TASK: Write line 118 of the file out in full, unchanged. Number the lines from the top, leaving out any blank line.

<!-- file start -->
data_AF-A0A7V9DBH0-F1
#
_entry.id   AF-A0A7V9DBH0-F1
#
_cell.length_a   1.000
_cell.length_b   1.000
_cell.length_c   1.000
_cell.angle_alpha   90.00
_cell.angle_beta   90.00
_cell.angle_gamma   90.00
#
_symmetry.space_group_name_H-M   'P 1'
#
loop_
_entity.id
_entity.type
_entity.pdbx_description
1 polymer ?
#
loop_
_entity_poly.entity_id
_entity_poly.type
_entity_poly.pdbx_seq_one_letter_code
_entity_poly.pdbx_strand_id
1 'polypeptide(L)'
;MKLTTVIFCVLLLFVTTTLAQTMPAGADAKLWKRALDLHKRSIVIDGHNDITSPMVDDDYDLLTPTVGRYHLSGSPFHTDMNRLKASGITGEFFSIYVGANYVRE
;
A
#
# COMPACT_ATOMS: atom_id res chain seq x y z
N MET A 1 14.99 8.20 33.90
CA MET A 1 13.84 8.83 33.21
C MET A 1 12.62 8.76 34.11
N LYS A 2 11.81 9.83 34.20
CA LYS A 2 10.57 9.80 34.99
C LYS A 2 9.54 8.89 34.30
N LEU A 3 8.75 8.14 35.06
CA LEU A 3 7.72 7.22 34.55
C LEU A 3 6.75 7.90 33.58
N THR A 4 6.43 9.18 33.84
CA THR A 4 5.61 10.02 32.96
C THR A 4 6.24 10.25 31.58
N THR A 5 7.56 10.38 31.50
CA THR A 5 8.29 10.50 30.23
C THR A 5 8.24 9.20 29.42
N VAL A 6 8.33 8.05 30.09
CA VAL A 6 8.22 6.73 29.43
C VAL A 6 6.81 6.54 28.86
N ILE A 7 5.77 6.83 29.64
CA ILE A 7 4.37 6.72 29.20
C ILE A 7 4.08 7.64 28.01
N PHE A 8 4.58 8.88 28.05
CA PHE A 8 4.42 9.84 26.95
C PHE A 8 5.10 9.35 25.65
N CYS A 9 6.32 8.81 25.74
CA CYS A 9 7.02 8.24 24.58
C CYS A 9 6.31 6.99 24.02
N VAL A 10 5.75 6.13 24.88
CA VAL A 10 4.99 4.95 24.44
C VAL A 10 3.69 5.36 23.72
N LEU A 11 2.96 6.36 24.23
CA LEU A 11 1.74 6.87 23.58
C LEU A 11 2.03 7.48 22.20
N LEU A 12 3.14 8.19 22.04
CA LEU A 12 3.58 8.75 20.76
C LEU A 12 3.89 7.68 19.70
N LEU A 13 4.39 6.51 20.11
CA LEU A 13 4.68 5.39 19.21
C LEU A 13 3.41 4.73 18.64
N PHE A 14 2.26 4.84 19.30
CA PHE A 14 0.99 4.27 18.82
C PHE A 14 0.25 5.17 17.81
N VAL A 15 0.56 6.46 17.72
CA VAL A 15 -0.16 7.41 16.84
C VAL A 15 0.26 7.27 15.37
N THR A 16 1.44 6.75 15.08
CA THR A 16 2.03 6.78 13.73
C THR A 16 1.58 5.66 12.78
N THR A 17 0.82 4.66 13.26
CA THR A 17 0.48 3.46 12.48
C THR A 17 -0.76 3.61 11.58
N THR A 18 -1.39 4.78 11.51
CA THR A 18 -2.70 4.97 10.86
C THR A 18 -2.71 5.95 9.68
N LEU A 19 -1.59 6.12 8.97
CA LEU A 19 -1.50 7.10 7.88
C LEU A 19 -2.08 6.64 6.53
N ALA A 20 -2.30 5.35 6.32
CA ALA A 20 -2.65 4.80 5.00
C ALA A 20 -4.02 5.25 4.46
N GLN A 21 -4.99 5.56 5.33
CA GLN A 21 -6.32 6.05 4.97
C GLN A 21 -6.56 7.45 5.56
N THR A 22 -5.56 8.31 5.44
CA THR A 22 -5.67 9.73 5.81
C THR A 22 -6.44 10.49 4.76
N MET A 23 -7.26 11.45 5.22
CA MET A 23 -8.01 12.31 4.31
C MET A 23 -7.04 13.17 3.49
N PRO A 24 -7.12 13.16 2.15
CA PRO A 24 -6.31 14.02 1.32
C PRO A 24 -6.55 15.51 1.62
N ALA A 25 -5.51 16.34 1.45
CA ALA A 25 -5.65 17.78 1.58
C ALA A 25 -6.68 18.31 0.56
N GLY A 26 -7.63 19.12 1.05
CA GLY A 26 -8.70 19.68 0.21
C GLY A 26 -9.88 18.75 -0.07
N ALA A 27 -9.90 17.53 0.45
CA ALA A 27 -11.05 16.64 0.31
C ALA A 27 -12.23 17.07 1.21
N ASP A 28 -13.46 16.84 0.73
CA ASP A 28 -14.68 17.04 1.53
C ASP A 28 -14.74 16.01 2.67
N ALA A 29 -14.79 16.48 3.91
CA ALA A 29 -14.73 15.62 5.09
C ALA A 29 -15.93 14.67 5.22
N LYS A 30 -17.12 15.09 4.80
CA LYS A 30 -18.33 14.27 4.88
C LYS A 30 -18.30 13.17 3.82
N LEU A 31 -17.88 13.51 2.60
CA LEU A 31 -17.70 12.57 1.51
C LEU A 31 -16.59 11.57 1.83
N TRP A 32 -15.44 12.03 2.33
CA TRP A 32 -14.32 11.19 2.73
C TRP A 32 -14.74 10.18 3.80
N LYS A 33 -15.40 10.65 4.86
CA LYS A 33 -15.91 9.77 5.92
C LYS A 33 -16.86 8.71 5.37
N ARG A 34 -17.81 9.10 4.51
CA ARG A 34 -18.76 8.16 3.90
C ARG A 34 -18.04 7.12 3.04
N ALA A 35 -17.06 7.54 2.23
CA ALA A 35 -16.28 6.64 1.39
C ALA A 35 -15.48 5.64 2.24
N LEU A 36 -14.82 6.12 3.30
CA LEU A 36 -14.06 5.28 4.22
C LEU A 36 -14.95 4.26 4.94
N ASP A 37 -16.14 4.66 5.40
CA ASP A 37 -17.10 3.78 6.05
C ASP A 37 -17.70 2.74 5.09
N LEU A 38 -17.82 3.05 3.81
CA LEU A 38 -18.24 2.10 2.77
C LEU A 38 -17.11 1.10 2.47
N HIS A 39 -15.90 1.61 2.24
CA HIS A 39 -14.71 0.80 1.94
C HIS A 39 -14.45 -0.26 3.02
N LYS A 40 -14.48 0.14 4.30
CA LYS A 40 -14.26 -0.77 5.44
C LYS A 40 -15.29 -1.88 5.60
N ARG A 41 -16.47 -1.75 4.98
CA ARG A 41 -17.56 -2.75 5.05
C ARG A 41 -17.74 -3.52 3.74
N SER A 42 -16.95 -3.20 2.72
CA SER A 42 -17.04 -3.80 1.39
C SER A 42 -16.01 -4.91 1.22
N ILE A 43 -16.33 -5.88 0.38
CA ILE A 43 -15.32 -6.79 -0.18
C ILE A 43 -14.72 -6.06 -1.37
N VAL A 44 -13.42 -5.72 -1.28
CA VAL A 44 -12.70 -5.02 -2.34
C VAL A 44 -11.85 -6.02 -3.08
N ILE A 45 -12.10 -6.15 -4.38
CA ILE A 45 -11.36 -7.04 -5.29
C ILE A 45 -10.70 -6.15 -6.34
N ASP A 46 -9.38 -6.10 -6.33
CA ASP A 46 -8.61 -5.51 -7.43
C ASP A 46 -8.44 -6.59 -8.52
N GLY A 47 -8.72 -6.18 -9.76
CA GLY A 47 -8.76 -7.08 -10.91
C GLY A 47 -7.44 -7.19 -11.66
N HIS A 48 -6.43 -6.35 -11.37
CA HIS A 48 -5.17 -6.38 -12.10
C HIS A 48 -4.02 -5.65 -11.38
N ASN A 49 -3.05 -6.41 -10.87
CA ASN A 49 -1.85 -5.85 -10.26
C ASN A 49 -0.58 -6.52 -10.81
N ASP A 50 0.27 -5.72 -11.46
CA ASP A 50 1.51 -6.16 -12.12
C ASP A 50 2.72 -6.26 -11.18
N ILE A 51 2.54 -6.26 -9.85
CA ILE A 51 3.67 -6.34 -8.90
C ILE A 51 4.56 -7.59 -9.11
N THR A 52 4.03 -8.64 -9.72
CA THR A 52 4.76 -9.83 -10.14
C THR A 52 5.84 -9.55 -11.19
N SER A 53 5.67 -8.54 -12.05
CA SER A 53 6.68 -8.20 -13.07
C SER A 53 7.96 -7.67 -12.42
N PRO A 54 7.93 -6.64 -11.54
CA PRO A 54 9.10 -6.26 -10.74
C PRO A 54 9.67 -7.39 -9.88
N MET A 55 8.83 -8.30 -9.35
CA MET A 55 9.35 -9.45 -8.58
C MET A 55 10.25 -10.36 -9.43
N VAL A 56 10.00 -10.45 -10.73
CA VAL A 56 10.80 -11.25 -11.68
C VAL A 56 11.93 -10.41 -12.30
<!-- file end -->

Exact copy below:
N LYS A 30 -17.12 15.09 4.80